Residents of Garfield County neighborhoods impacted by natural gas drilling have been approached by a New York City firm that last year landed a $712.5 million settlement for workers injured in the World Trade Center cleanup.
A representative of Napoli Bern Ripka LLP will attend a meeting of potential plaintiffs Feb. 22 at the Glenwood Springs Community Center, according to an activist group fighting to mitigate drilling impacts. Also on hand will be attorneys from the Aspen law firm of Thomas Genshaft PC.
Dave Devanney, co-chair of Battlement Concerned Citizens, said there was so much interest in a possible “mass tort” lawsuit that a meeting originally scheduled for last month had to be postponed to this month to accommodate all the interested property owners. He added it’s not clear at this point who all the defendants might be or the basis for any potential litigation
“It appears that the scope of possible legal action may have been broadened beyond just [diminished] property values,” Devanney wrote in an email Monday. “Plus, the scope of possible clients may have also changed.”
Attorneys first began contacting residents of the Silt Mesa subdivision last month. Denver-based Antero Resources began drilling there last summer and had been seeking an increase in well density from one per 40 acres to one per 10. The company reportedly backed off that plan in a meeting with the county commissioners on Monday, also committing to a setback of 500 feet from an occupied building.
Antero has been working through a contentious proposal to drill up to 200 wells within the unincorporated community of Battlement Mesa – a former Exxon company town now occupied by more than 5,000 people, many of them retirees.
Antero bought up the mineral rights from Exxon and wants to drill on Battlement’s common property, meaning residents would not receive compensation via surface use agreements that typically pay private property owners for impacts when a company extracts minerals rights from beneath their land.
“We don’t have any cards in our hand; we don’t have any allies,” Devanney said. “What’s depressing is it’s not only the politicians who are supposed to be protecting public health, safety and welfare, but it’s also the regulators. The Colorado Department of Environment and Public Health seems to be on the Antero payroll. Not literally, but the relationship seems to be that tight.”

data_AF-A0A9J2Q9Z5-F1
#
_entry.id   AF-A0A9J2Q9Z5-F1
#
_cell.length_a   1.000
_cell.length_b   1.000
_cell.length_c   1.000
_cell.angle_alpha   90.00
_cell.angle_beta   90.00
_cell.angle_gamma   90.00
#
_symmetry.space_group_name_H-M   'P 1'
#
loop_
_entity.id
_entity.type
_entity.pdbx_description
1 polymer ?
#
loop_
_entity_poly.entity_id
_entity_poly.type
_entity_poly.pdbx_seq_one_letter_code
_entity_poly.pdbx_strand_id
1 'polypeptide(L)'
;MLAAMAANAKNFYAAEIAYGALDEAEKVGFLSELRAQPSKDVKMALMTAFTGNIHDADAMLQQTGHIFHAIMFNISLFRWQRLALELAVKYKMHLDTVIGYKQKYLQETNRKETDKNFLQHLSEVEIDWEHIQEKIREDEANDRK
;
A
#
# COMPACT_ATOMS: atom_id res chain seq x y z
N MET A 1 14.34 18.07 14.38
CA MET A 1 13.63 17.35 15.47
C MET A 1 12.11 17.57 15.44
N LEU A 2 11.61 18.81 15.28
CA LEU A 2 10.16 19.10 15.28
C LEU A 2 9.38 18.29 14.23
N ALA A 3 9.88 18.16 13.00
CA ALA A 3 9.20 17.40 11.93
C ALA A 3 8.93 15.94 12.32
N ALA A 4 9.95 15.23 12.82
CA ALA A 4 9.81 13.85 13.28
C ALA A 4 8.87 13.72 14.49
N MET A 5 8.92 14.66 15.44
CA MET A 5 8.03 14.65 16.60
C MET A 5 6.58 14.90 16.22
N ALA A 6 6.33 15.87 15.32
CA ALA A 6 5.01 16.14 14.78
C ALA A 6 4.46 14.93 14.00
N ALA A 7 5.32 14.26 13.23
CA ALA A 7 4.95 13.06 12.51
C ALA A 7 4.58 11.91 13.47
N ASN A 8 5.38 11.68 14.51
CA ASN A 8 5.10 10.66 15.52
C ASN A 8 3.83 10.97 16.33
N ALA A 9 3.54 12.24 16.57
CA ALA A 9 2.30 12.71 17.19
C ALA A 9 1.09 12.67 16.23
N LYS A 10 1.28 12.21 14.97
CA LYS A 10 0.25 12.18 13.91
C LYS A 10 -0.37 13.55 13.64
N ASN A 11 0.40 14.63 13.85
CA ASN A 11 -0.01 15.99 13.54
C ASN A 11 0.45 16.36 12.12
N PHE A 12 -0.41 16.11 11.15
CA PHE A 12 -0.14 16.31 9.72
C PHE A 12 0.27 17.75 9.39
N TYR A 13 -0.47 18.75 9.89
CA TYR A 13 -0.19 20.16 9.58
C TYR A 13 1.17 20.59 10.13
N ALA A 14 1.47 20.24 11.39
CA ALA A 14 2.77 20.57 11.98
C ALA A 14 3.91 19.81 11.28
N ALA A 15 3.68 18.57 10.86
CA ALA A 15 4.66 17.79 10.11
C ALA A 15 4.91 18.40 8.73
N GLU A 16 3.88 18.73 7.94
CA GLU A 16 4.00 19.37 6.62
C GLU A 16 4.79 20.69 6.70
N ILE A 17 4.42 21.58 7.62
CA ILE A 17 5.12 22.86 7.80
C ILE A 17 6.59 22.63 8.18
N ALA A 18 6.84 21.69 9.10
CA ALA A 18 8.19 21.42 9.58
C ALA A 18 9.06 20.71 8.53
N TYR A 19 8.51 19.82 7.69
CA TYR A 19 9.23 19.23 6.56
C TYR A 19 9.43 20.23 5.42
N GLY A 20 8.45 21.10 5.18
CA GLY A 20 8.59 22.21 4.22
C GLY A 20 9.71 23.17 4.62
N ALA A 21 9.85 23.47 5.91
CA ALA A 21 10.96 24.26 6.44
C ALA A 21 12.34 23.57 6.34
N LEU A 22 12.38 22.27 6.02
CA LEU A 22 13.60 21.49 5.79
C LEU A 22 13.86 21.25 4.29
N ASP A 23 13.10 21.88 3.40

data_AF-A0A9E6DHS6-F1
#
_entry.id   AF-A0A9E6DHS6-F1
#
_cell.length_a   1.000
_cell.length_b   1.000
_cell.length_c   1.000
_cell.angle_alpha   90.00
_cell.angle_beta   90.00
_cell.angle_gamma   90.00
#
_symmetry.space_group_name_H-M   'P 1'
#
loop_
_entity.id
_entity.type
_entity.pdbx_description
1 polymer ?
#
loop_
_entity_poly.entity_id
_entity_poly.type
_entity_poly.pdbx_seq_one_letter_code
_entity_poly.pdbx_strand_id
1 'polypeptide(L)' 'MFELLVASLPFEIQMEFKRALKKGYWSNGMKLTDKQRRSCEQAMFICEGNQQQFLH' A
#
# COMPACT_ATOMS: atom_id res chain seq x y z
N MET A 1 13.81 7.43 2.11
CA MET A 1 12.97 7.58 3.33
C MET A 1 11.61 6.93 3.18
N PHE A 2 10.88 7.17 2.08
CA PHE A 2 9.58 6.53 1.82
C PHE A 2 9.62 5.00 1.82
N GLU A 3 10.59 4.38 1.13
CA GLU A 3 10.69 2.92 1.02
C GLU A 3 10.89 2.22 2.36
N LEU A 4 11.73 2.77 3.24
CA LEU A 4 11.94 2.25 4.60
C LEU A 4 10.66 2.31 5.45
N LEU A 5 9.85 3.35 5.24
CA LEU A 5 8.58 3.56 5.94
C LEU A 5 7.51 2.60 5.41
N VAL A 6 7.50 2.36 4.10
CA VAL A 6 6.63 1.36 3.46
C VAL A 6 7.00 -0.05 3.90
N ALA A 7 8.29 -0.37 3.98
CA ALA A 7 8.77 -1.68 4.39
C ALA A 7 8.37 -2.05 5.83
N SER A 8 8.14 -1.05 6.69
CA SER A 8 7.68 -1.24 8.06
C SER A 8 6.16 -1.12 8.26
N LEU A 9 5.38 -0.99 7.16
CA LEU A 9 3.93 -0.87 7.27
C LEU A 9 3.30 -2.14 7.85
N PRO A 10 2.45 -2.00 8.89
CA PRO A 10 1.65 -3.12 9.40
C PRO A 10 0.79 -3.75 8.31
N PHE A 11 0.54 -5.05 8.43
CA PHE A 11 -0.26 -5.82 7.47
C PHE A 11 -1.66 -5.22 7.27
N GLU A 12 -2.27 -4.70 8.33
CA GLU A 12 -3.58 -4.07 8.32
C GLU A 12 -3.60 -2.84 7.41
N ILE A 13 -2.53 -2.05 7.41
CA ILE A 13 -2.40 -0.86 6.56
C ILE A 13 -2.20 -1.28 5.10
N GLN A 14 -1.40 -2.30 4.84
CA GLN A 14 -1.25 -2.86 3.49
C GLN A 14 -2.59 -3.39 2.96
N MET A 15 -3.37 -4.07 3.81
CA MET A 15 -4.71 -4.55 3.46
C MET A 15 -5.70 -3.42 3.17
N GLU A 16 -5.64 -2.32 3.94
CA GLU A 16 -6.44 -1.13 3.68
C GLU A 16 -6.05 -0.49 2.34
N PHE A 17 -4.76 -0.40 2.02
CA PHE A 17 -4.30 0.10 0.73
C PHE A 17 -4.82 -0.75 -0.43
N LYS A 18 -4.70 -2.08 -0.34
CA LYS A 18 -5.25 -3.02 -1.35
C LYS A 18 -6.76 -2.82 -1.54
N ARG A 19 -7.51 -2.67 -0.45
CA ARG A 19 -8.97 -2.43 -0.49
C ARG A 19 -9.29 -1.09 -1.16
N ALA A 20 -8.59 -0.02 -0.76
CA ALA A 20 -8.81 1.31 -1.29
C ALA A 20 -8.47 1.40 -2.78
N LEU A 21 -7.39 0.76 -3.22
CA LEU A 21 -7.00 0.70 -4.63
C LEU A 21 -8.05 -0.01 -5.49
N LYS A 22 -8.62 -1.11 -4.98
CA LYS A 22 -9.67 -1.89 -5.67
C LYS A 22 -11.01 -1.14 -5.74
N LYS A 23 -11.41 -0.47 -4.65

An Antero representative and state officials did not return calls requesting comment on potential litigation.
The Battlement Concerned Citizens (BCC) also are concerned oil and gas companies are trying to skirt a requirement that Garfield County must review and approve drilling plans in the community as mandated by the county’s original approval of Exxon’s planned unit development (PUD). Antero and another drilling company, EnCana, have filed for drilling permits just outside the community.
BCC officials presented a letter to the county commissioners Monday asking them to intervene with the state regulatory board that approves oil and gas drilling permits, the Colorado Oil and Gas Conservation Commission (COGCC). They want the county to ask the state to hold off while county health officials finalize a Health Impact Assessment evaluating the potential cumulative risks of natural gas drilling, including diminished air and water quality.
The New York firm of Napoli Bern Ripka also has experience in litigating natural gas cases, including an alleged hydraulic fracturing spill in Pennsylvania.
That controversial process has been the subject of a just-concluded congressional investigation and is currently being studied by the U.S. Environmental Protection Agency. It involves injecting water, sand and undisclosed chemicals under very high pressure deep into gas wells. It’s currently exempted from the Safe Drinking Water Act, but critics say it can lead to groundwater contamination.
The Colorado Oil and Gas Association, an oil and gas lobbying group, last week dropped its lawsuit challenging tougher new state drilling regulations. But Garfield County officials have said even those rules don’t adequately safeguard people living near natural gas rigs from the cumulative impacts of drilling.